catapult magazine

catapult magazine

Vol 6, Num 16 :: 2007.09.07 — 2007.09.21


Remember that time...

I don't come from a great line of storytellers, the best we can offer is talking.  So, in a sense, I come from a great line of talkers!  This trait of ours has been utilized quite a bit recently.  About two weeks ago my grandfather passed away and during this time we've shared many stories, some familiar and some new.  While rifling through pictures to use in a slide-show during grandpa's memorial service, it was a natural opportunity to pause and remember.  My sister and I were reminded of summer vacations spent in California, at the zoo or Disneyland in our matching outfits.  There were the many photos of Christmas' past with bad perms and haircuts and grandpa hugging us so tight our eyes would bug out!

Ok, back on track—storytelling!  If my dad has an audience, my sister and I know to watch out because he's bound to share stories about us.  His favorites are: 1.) how I single-handedly ruined my parents social life by screaming.  Apparently, this is annoying!  In my defense I was very small and liked to hear my voice at different octaves, I wasn't screaming out of distress.  The way I see it I just liked to be loud.  At least I grew out of it!  and 2.) the day my older sister backed up the sewer…at the time my family was living and working at a children's home in the desert of Arizona.  Melissa's chore for the week was trash, and this time there was quite a bit to carry.  As she was walking to the dumpster she noticed a hole in the ground and stuck our trash into it; come to find out she had put our garbage into the sewer and caused a major back-up for the whole compound. 

There's one story Dad tells that happens to not be an embarrassing moment in my and my sister's lives, but it's one that instantly transports us to a time when we were very, very scared and very lost!  Our family was moving from Arizona to California; my sister was in a car with grandma, I was with grandpa, and mom and dad were in the moving truck.  We had stopped at an In-N-Out burger joint for lunch and while there grandpa, dad and grandma discussed the route and where we would stop for the night.  While on the road I fell asleep, which is pretty much how every road trip goes for me, and when I woke up the car holding grandma and my sister and the car with my grandpa and me were on the side of the road.  Now, I didn't immediately panic, but I didn't see the moving truck anywhere.  Right away my sister was freaking out and had decided we were going to have to live with grandma and grandpa if we never found mom and dad.  In the meantime, Grandma was talking to the CHP from a road-side assistance phone.  After several hours and no sight of the truck we decided to head on and stop for the night.  Grandma stayed connected to CHP for most of the night, while Melissa and I continued to look for moving trucks in hopes mom and dad would turn up, but to no avail.  The next day we were in a Wendy's in Merced quietly feasting on burgers and cokes when we saw the moving truck go past.  I've never seen my family move so fast, but in about five minutes, we were in our respective cars and on the freeway heading to our new home.  We arrived to find mom and dad in front of the house, let's just say it was the sweetest reunion ever.  And no Melissa, we didn't have to live with the grandparents after all.  Come to find out, Dad took the wrong exit and we all ended staying in towns about 15 minutes from each other!  Immediately after this trip cell phones were purchased all around for the "just in cases".  To this day we still laugh about how the self-proclaimed family of talkers didn't communicate very well that day!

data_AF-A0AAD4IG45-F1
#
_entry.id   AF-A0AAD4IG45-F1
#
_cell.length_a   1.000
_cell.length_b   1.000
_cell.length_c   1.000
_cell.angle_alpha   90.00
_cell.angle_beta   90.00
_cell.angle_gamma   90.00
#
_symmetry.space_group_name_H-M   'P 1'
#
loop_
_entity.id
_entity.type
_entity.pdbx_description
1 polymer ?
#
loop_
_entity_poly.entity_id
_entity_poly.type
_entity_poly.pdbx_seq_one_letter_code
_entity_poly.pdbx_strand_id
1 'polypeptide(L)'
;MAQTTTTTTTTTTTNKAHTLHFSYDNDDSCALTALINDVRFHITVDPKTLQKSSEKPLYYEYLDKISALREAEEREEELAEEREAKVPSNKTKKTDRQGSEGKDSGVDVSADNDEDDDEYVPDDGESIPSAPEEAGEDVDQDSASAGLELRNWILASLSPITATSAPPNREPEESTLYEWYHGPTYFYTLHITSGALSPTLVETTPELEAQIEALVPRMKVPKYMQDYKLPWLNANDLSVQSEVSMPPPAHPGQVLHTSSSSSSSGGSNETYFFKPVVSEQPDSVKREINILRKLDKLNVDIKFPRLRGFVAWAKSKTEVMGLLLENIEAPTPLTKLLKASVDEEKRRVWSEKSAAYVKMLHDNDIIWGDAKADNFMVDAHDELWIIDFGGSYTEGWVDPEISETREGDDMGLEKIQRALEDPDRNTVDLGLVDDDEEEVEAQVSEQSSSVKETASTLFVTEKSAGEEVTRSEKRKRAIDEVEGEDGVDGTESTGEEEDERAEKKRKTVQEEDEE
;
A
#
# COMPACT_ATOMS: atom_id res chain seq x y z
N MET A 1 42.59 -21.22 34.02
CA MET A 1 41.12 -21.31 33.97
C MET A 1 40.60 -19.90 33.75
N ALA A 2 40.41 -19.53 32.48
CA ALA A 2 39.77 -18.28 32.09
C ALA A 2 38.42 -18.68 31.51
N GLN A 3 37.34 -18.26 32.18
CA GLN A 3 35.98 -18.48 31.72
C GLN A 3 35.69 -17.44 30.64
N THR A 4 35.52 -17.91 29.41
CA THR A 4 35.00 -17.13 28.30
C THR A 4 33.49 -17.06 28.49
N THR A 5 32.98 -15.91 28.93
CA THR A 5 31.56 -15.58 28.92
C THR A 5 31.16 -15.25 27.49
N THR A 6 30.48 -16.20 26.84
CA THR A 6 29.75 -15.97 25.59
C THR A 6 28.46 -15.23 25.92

As different members of my family have come and gone to the house since grandpa's passing and memorial service, there have been many stories shared and memories relived; like grandma sharing about how she and grandpa met and then married, how my dad and his brothers grew up in a idyllic neighborhood where everyone knew each other and how every 4th of July the kids would put on a parade complete with bikes, streamers and clanging pots and pans, or how their house was the house where friends were welcomed like family and it was a safe place for many of them, which is still true to this day.  Of course we never tire of hearing the story that tops them all: about how my grandpa earned the nickname "The Hammer".   See, once during a very competitive Pictionary game, his team couldn't guess the clue "build"… and all he needed to draw was a hammer—classic!

These are the stories we come back to, that cause us to laugh, cry or sometimes both.  But no matter what, they always point to our past, present and future, forever weaving us together as family.

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